A modern adaptation of the classic children's story "Alice Through the Looking Glass" written by Lewis Carroll and John Tenniel, which continued on from "Alice's Adventures in Wonderland". ... See full summary »
Alice follows a white rabbit down a rabbit-hole into a whimsical Wonderland, where she meets characters like the delightful Cheshire Cat, the clumsy White Knight, a rude caterpillar, and the hot-tempered Queen of Hearts and can grow ten feet tall or shrink to three inches. But will she ever be able to return home? Written by
Christopher Lloyd and George Wendt appeared on Cheers (1982). See more »
Major Caterpillar said that one side of the mushroom makes you smaller and the other side makes you larger.
Initially, Alice takes a bite from the piece in her left pocket and it makes her larger.
During the hearing she takes a bite from the piece in her right pocket.
It should have made her smaller, but it makes her larger. See more »
You don't seem to have much riding practice.
What makes you say that?
You keep falling off your horse!
I've had plenty of practice at THAT, plenty of practice!
See more »
I love the two Alice books and quite often I find myself looking through the pages, reading some of my favorite parts.
I think for a TV_version, this film works quite well, it is a treat to watch all those celebrities becoming some of the most famous characters in literature. Strangely though, my favorite sequence is the one with Peter Ustinov and Pete Postlethwaite as the Walrus and the Carpenter, probably the only scene in the movie that does not contain CGI.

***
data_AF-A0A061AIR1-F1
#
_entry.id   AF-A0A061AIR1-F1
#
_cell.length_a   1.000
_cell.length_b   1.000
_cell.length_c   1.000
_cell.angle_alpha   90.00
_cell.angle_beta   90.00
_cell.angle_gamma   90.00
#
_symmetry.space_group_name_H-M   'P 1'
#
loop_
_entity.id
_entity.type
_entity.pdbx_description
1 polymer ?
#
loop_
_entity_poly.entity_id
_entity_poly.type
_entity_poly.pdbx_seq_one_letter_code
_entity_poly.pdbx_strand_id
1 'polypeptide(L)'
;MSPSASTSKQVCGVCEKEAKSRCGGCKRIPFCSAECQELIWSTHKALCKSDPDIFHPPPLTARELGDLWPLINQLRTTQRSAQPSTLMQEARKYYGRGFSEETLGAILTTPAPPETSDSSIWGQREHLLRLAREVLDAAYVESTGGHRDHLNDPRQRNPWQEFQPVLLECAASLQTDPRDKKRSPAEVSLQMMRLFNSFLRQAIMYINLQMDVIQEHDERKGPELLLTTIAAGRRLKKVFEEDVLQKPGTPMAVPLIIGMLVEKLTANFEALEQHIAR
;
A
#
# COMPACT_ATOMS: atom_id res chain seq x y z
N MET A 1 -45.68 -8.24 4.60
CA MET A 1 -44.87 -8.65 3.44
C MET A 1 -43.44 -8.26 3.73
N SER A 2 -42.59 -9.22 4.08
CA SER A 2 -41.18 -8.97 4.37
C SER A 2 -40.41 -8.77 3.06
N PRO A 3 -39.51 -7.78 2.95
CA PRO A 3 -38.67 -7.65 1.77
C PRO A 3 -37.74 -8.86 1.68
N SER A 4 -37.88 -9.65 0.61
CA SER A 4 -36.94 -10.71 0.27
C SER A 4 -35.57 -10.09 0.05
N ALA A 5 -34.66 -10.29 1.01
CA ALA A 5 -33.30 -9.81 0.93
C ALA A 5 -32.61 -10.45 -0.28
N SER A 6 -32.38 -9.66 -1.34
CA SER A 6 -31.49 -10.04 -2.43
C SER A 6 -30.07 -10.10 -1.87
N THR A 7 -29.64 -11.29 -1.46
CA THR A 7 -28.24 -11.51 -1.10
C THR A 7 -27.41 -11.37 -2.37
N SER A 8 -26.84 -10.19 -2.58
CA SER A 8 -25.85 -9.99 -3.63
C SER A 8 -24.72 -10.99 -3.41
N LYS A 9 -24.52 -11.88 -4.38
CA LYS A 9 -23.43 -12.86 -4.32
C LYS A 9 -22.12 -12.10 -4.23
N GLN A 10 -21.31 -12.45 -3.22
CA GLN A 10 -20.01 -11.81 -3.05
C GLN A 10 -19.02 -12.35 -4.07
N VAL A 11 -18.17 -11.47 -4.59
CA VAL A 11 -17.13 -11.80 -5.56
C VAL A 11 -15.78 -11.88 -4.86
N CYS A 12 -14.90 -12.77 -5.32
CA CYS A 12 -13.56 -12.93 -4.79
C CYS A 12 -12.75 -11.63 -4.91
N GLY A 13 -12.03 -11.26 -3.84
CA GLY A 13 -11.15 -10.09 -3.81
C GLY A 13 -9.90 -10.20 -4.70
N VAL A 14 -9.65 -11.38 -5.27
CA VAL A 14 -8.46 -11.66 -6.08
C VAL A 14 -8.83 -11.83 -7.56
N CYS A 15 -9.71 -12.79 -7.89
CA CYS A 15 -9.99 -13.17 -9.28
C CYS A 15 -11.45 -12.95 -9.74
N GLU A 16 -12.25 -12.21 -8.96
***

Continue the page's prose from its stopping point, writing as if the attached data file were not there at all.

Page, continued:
So, why only six stars? As in most versions, the makers of the movie have mixed all kinds of elements from "Alice in Wonderland" with "Through the looking glass" (Tweedle-Dee and Tweedle-Dum, The Walrus and the Carpenter, The White Knight). It may work, if you really look at the books just as a collection of episodes, but whenever this is done, the makers miss the point of the books. Alice in "Through the looking glass" is quite different from Alice in "Alice in wonderland" and also, there is a completely different composition to the latter book which is explained in the preface and which finds no acknowledgment whatsoever here. I think the makers of this movie again don't understand the books at all and though I enjoy watching these scenes independently from each other, the whole leaves me unsatisfied.
I have gotten used to mixing the Alice stories, Walt Disney has done the same thing and others as well. But what bothers me most about this film it that it turns the whole thing into a story of initiation. Come on.... Alice does not dare to perform a song in front of her parent's guest but after walking through Wonderland she finally does? This is just plain wrong and completely in contrast to the meaning of the books. Why would you want do make sense out of nonsense? The books are meant to portray Victorian stereotypes, make fun of language etc, but not to enrich a child to become more independent and self-assured. Moreover, it does not make sense at all, why Alice should finally be able to sing in front of the others.
All in all, this movie has fine performances and puppets and decent (considering the time it was made and it being made for TV) CGI, is nice to look at but in the end only mediocre TV-entertainment.
16 of 23 people found this review helpful.
Was this review helpful to you?